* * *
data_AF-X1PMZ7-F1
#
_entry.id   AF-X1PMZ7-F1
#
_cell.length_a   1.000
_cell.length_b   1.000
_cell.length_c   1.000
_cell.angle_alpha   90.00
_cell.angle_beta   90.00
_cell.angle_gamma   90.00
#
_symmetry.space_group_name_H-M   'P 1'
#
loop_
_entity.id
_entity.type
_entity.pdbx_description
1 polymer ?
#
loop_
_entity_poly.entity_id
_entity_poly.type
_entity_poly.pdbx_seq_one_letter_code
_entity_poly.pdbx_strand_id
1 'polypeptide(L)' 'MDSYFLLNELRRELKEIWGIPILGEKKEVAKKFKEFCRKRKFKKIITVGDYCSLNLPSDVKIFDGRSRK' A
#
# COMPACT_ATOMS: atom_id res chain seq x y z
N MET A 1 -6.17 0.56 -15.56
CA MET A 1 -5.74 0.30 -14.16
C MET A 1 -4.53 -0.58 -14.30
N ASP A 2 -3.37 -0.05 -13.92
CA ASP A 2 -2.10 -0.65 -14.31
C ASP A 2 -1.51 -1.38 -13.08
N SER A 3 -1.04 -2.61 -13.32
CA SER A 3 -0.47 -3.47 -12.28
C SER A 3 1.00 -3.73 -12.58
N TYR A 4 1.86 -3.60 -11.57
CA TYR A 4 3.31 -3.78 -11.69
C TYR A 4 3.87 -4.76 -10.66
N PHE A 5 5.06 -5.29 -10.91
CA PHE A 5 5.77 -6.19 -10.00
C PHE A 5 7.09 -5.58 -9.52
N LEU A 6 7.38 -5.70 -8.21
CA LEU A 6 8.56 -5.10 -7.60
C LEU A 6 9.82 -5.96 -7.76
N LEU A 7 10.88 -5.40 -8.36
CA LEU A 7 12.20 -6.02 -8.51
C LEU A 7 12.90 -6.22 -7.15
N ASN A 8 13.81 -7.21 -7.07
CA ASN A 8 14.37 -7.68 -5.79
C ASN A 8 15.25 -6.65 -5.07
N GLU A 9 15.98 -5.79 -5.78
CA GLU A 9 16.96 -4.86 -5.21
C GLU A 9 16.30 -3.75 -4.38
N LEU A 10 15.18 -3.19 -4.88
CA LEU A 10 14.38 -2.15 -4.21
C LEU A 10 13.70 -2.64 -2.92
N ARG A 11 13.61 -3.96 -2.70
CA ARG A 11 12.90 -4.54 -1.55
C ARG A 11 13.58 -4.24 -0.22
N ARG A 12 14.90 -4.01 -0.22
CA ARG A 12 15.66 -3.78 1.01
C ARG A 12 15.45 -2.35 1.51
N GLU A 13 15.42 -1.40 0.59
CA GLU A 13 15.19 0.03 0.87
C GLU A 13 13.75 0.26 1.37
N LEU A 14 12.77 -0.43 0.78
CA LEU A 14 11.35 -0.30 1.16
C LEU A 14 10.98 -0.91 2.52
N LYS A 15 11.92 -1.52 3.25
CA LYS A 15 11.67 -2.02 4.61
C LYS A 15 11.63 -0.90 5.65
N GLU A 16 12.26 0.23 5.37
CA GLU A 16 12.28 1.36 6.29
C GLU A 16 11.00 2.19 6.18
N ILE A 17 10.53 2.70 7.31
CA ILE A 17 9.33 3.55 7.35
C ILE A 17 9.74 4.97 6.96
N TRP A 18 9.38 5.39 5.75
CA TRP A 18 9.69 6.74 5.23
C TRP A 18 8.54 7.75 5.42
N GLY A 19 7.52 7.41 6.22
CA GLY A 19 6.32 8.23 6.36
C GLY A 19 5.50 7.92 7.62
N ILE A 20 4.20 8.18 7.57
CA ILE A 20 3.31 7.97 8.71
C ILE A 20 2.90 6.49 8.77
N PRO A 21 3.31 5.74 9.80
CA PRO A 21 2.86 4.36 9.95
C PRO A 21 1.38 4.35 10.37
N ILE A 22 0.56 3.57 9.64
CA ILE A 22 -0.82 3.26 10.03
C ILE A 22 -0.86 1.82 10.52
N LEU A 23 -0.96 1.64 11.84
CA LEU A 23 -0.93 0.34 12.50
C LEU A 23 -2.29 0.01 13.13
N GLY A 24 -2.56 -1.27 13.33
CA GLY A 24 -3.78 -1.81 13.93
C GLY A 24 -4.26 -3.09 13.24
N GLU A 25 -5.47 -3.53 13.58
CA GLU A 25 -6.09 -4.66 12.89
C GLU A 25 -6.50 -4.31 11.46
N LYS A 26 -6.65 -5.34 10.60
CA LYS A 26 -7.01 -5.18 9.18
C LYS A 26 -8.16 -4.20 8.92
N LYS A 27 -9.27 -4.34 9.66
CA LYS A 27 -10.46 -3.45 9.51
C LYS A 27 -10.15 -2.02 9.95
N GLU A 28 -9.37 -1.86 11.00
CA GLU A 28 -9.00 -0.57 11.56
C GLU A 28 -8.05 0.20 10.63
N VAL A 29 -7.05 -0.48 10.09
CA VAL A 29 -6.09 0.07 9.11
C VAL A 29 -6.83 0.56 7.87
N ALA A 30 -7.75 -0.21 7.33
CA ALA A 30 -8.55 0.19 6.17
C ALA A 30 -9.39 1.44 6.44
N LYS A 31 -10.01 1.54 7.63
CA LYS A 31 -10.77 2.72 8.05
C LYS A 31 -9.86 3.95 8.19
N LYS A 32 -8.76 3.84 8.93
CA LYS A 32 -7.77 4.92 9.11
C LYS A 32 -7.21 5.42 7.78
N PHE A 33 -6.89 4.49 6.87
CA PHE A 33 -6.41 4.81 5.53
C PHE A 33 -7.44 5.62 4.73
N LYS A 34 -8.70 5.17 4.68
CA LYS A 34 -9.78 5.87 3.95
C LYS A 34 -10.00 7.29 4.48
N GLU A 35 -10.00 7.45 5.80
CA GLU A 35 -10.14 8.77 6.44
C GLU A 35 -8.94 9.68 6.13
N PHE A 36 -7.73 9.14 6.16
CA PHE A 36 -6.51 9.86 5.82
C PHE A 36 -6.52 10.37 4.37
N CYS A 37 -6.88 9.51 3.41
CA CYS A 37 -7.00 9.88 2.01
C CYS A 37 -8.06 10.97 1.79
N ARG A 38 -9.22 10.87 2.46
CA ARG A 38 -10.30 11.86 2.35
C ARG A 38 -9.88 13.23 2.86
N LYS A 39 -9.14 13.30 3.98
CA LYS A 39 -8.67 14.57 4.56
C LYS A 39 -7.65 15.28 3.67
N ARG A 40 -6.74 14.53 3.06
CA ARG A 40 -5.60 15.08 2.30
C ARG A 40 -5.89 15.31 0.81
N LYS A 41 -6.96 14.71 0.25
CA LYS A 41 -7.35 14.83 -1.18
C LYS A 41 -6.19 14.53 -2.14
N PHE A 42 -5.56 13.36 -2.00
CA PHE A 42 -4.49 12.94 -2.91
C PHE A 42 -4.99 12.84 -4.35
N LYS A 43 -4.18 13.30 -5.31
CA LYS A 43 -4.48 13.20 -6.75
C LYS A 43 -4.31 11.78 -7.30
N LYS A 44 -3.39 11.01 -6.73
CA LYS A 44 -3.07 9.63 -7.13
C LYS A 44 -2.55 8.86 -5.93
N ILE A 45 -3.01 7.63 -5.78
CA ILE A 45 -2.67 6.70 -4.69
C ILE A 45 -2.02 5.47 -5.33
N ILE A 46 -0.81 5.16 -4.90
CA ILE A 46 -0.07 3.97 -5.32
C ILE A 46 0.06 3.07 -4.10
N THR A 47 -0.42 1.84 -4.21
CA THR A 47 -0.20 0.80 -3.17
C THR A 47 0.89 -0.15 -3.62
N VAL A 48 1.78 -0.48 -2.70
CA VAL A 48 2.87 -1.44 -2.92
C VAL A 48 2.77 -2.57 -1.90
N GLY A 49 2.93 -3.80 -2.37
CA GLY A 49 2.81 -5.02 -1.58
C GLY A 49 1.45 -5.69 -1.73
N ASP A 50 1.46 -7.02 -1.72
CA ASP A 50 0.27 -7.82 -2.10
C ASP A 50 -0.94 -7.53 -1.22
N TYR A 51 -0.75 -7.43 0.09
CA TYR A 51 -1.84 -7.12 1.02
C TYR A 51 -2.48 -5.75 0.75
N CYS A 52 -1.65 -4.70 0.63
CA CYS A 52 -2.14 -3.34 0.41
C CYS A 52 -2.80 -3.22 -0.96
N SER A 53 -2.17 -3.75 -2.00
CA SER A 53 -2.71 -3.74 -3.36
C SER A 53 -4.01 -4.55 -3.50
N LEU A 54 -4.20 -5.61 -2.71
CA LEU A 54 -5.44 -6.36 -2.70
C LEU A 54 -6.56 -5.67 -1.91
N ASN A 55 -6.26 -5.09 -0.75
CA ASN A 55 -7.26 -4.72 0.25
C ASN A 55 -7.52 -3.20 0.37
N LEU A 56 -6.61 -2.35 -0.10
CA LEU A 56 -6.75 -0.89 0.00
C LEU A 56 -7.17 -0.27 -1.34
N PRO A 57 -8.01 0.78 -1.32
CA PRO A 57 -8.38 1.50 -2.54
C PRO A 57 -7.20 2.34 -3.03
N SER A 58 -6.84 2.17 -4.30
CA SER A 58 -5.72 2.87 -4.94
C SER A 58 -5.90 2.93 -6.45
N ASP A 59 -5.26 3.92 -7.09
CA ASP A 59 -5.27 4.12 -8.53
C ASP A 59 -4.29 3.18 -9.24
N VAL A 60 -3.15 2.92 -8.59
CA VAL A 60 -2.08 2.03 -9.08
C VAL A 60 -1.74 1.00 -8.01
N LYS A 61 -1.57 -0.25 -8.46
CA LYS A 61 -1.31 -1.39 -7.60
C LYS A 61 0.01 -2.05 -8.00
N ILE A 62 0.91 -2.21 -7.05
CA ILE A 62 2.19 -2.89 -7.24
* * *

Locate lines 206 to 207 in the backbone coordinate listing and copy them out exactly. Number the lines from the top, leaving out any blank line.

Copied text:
CA VAL A 60 -2.08 2.03 -9.08
C VAL A 60 -1.74 1.00 -8.01